"You're certain they'll attack?" she asked, a bit bemused even now to realize she had accepted Bahzell's warning without question.

"As to that, I'll not say as how whoever's up there has wickedness in mind. In fact, I'd be letting us go unmolested for certain if it was me over there. We've the better part of forty swords over here, counting the drovers, and only two wagons. Come to that, we're headed north, not south, so it's like enough any wagons we do have are riding empty. They'd get little loot and plenty of hard knocks from such as us, and your average brigand's not one as likes a fight unless there's plenty of profit in it. All I'm after saying is that there is someone up yonder, and I'm not minded to be taking any chances on their being as smart as I about picking targets, if you take my meaning."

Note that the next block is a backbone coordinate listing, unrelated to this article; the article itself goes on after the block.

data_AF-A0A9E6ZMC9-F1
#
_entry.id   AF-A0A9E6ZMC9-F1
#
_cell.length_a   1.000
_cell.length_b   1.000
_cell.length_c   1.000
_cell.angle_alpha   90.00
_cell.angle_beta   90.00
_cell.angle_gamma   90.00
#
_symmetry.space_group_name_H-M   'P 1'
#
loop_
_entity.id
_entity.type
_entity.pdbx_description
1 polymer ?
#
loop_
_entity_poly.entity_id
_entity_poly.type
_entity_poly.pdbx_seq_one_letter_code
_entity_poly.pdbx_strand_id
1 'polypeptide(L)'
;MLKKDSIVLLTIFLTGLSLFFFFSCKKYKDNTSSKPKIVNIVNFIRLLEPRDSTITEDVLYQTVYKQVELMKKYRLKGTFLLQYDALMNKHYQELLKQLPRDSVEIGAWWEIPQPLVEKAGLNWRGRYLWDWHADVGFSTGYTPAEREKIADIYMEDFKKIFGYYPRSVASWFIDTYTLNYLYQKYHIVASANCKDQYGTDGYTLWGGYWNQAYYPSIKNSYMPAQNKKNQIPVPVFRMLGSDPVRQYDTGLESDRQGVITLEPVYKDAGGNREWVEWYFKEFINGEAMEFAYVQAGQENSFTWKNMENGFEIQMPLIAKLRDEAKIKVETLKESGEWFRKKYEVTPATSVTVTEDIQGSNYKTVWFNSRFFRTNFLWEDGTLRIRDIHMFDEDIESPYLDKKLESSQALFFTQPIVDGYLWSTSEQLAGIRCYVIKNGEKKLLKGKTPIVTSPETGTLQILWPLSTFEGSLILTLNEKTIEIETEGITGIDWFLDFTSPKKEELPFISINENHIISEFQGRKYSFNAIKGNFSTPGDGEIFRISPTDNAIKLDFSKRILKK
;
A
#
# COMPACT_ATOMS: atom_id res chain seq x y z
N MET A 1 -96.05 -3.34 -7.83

"I was thinking the same thing," Kaeritha murmured. "But you do expect them to hit us, don't you?"

"Aye," Bahzell replied quietly, and flicked his ears. "But if you're asking why I do, well, that I can't tell you."

He watched Vaijon reach Sir Harkon, who had succeeded Yorhus in command of their escort and now rode at the head of the party. The older knight glanced at Vaijon, then stiffened in his saddle. Bahzell doubted anyone would have noticed if he hadn't been looking very closely, and Harkon didn't so much as turn his head to look back at Bahzell, but his hand dropped to his side and inconspicuously flipped the skirt of his poncho back from the hilt of his sword.